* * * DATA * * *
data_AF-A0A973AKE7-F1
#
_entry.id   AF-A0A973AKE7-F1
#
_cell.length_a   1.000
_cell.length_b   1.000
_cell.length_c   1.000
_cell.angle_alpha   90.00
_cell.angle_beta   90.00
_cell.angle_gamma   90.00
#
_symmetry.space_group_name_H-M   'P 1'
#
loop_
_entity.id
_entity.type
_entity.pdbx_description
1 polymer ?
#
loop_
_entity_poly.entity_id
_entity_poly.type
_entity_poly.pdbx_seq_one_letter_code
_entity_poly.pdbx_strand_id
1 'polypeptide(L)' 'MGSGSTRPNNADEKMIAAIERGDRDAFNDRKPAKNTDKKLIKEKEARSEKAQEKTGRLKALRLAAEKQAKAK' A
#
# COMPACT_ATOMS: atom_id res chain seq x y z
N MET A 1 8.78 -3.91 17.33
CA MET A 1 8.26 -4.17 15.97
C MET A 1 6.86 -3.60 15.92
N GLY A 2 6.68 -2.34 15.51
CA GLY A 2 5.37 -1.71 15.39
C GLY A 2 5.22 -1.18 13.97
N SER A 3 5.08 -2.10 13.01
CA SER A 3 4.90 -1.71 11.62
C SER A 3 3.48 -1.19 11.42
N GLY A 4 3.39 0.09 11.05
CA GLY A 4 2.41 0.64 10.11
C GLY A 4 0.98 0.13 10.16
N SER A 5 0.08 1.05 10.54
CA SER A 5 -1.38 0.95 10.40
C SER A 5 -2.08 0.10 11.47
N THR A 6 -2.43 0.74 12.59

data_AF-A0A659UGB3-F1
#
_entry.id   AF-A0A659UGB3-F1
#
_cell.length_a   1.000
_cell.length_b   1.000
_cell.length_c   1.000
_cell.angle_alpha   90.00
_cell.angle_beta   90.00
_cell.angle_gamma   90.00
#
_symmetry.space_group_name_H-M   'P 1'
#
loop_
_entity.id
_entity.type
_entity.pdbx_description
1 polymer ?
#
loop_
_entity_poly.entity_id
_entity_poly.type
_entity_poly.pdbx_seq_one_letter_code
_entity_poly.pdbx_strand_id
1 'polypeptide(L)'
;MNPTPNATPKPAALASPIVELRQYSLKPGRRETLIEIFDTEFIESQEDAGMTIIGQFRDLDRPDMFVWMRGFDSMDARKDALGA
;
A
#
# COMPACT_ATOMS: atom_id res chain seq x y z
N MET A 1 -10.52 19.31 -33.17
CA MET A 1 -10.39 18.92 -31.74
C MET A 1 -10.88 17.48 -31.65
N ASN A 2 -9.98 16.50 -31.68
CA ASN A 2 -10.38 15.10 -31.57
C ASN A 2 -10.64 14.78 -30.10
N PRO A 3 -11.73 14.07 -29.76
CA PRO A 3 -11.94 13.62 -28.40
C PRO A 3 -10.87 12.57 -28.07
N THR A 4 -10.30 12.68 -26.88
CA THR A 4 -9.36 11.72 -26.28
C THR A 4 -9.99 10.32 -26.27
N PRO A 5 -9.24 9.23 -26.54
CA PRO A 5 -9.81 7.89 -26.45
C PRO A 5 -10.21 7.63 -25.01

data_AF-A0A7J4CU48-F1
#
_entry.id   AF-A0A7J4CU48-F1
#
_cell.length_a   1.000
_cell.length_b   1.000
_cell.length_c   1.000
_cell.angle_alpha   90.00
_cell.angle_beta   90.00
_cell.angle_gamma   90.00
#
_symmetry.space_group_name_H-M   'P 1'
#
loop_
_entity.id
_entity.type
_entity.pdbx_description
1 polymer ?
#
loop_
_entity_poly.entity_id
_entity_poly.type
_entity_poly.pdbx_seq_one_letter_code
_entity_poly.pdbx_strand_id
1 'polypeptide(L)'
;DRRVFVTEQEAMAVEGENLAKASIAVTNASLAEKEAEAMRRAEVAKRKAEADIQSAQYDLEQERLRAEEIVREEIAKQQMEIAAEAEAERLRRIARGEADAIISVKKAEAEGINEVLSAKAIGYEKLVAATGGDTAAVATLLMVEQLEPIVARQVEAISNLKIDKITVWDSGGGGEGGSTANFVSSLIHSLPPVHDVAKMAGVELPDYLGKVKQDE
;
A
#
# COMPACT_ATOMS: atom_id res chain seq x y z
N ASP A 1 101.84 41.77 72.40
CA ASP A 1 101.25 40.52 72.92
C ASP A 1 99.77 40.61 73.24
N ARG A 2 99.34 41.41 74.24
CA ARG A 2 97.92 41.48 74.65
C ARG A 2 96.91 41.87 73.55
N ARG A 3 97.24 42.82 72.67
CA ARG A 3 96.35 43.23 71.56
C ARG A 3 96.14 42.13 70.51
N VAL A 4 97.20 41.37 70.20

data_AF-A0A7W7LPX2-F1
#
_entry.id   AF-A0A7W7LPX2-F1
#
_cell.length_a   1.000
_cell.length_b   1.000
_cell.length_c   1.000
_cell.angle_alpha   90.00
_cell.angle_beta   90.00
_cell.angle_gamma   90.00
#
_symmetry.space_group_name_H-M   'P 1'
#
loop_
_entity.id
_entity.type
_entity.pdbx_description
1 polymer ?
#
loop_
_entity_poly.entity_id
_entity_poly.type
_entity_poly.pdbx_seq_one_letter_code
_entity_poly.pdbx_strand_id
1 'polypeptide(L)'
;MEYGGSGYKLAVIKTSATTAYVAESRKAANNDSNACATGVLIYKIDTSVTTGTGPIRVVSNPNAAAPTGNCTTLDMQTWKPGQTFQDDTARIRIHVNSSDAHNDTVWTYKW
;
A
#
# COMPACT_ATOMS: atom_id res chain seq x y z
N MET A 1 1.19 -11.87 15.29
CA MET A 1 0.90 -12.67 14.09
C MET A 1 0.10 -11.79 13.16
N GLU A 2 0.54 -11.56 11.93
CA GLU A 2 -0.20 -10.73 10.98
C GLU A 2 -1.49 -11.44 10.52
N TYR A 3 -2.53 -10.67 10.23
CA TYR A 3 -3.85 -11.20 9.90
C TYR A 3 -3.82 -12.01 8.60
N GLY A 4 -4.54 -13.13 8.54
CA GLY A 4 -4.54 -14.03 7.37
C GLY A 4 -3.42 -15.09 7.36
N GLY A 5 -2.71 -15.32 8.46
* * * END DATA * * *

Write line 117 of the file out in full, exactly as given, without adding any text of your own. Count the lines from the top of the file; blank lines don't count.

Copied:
#